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American Recovery And Reinvestment Act Of 2009: Large Impact On Small Business

May 1, 2009 | by Einhorn Barbarito

On February 17, 2009, President Barack Obama signed into law the American Recovery and Reinvestment Act of 2009 (the Act). The Act includes a total of $787.2 billion in spending and tax cuts, including a number of provisions that significantly impact small businesses. These include the following:

Extension of bonus depreciation. Last year, Congress temporarily allowed businesses to recover the costs of capital expenditures made in 2008 faster than the ordinary depreciation schedule would allow by permitting these businesses to immediately write-off 50% of the of the depreciable basis of qualifying property acquired in 2008 (after any Section 179 deduction and before figuring out the regular depreciation deduction). Qualifying property includes, among other categories, tangible property depreciated under the modified accelerated cost recovery system (MACRS) with a recovery period of 20 years or less. The Act extends this temporary benefit for capital expenditures in 2009 (and 2010 for certain longer-lived and transportation property). See Conference Report § 1201.

Five year carry back of net operating losses. The Act allows “small businesses” to elect to carry back net operating losses for taxable years ending in 2008 (or if the small business elects, for taxable years beginning in 2008) for a period of up to five years. An applicable eligible small business is a taxpayer meeting a $15 million gross receipts test. See Conference Report § 1211.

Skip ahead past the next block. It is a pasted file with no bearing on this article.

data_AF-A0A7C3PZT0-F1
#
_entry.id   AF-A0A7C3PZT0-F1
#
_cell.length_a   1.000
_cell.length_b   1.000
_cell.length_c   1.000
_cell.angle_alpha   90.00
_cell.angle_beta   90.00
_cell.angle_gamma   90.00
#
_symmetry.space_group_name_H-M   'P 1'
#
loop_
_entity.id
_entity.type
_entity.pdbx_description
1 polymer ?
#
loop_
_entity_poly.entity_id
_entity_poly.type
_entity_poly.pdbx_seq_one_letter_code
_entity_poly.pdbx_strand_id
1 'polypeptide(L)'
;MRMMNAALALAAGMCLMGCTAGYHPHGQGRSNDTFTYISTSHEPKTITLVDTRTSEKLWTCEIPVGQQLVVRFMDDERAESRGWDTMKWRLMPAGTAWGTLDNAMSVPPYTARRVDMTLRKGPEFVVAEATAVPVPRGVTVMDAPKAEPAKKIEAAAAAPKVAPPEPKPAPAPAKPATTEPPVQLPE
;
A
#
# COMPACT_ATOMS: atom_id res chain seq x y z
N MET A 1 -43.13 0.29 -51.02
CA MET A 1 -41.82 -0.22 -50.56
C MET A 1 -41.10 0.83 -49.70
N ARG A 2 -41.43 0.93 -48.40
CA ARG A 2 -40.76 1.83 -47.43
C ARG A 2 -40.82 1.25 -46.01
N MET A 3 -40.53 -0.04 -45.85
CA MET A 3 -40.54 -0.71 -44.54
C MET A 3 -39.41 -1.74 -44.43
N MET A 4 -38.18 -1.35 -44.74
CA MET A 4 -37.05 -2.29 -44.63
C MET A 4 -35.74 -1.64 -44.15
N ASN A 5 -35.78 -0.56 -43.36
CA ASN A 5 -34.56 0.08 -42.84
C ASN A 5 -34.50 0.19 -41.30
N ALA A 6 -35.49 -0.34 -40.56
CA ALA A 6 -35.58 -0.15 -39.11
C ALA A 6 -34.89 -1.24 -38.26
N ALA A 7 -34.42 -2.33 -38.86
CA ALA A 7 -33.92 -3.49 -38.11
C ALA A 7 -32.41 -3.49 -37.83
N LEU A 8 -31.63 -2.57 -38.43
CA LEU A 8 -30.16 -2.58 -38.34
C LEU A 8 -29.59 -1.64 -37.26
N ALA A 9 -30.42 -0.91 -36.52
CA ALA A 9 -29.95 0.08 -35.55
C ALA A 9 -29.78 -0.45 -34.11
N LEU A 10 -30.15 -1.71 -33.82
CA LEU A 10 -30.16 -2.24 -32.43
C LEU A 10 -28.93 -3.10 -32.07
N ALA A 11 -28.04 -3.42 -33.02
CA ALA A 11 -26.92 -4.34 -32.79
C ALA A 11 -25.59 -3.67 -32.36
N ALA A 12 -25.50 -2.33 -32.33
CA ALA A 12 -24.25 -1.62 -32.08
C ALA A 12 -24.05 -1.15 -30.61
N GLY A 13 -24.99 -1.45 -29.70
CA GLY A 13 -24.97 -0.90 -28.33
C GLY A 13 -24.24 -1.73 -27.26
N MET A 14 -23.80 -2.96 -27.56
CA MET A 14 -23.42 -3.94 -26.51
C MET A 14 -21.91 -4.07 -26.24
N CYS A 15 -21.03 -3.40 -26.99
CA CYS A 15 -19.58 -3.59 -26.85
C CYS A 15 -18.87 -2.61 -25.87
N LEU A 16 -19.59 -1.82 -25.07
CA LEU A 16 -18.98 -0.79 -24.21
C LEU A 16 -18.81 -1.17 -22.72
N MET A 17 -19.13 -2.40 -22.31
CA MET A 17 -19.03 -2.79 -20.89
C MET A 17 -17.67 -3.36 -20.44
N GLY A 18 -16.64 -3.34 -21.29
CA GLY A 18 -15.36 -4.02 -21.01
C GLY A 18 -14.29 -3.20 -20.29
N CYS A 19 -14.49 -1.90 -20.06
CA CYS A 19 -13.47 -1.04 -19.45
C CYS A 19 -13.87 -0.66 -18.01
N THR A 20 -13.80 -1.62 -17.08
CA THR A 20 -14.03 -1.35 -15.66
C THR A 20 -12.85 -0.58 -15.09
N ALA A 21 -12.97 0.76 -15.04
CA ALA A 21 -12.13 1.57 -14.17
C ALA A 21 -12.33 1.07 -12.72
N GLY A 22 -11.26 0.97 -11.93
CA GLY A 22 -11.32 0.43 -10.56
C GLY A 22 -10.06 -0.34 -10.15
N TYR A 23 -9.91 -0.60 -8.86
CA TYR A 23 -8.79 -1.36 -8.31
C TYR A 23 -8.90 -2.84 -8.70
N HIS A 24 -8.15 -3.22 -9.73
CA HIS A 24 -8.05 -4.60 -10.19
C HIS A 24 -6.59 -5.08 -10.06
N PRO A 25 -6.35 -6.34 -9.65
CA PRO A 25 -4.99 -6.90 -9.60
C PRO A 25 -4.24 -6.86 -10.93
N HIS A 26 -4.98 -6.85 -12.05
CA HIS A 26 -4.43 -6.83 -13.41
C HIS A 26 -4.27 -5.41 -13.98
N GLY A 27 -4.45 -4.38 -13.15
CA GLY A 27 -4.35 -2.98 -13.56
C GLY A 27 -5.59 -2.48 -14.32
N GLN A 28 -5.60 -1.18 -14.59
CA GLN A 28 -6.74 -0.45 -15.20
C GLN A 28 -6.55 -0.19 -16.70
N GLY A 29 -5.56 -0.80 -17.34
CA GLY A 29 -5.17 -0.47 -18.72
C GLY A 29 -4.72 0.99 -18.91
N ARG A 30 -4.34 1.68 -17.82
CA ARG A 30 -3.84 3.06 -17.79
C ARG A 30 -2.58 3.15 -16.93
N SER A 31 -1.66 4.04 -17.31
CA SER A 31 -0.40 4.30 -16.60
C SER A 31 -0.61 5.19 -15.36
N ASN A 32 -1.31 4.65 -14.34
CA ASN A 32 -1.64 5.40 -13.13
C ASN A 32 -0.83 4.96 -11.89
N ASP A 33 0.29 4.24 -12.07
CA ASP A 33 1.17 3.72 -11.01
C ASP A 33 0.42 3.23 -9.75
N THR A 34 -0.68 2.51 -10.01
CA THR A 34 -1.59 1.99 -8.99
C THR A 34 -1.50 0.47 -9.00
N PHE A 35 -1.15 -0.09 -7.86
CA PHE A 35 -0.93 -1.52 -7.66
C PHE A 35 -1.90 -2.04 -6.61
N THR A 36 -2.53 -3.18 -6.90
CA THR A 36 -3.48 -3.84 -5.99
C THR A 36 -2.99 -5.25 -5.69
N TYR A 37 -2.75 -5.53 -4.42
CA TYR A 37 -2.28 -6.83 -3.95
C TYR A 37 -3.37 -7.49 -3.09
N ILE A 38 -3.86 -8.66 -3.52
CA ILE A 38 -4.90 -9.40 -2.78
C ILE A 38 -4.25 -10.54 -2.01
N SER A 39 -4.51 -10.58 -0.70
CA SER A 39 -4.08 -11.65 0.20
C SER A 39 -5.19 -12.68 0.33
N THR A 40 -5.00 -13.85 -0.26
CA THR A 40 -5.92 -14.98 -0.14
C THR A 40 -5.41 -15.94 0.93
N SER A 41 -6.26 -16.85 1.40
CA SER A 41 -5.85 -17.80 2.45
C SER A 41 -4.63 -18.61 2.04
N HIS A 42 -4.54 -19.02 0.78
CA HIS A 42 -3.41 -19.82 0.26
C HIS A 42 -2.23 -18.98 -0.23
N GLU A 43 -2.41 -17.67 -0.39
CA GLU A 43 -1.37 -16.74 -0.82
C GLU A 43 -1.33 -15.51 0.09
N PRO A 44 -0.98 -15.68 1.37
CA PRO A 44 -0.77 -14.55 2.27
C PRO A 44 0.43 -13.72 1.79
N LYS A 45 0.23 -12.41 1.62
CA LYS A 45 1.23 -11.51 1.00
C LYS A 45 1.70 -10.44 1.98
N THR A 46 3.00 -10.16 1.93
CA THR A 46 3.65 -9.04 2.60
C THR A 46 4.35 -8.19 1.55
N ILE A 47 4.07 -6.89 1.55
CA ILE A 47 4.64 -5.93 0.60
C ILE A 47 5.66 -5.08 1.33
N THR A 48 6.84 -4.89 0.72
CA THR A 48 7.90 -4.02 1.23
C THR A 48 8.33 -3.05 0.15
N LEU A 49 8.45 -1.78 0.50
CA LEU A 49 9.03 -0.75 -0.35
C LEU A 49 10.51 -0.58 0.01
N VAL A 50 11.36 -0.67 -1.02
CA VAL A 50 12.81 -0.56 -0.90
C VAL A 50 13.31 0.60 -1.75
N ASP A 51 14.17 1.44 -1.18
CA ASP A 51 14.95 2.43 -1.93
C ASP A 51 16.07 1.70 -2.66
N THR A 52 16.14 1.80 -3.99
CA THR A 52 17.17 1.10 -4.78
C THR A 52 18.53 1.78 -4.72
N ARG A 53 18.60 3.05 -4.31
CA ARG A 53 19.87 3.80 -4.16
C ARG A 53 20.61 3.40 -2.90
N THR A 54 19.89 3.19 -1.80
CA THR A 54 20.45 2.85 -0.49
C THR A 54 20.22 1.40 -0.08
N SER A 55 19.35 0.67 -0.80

Estimated tax payments. The Act provides that the required annual estimated tax payments of a qualified individual for taxable years beginning in 2009 is not greater than 90% of the tax liability shown on the tax return for the preceding year. A qualified individual means any individual if the adjusted gross income shown on the tax return for the preceding taxable year is less than $500,000 ($250,000 if married filing separately) and the individual certifies that at least half of the gross income shown on the return for the preceding taxable year was income from a small trade or business. A small trade or business is any trade or business that employed no more than 500 persons, on average, during the calendar year ending in or with the preceding taxable year. See Conference Report § 1212.

Qualified small business stock. Under present law, individuals may exclude 50% (60% for certain empowerment zone businesses) of the gain from the sale of certain small business stock acquired at original issue and held for at least five years. The Act provides the percentage exclusion for qualified small business stock sold by an individual is increased from 50% (60% for certain empowerment zone businesses) to 75%. See Conference Report § 1241.

The American Recovery and Reinvestment Act presents closely-held business owners and entrepreneurs with tremendous opportunities in the area of tax savings and business expansion.  However, the Act is complex and detailed.  The attorneys at Einhorn Harris are well versed in the Act, its impact on business and the opportunities it affords. To learn more about the Act and how it applies to your business planning for 2009 and beyond, contact us today by email or phone.

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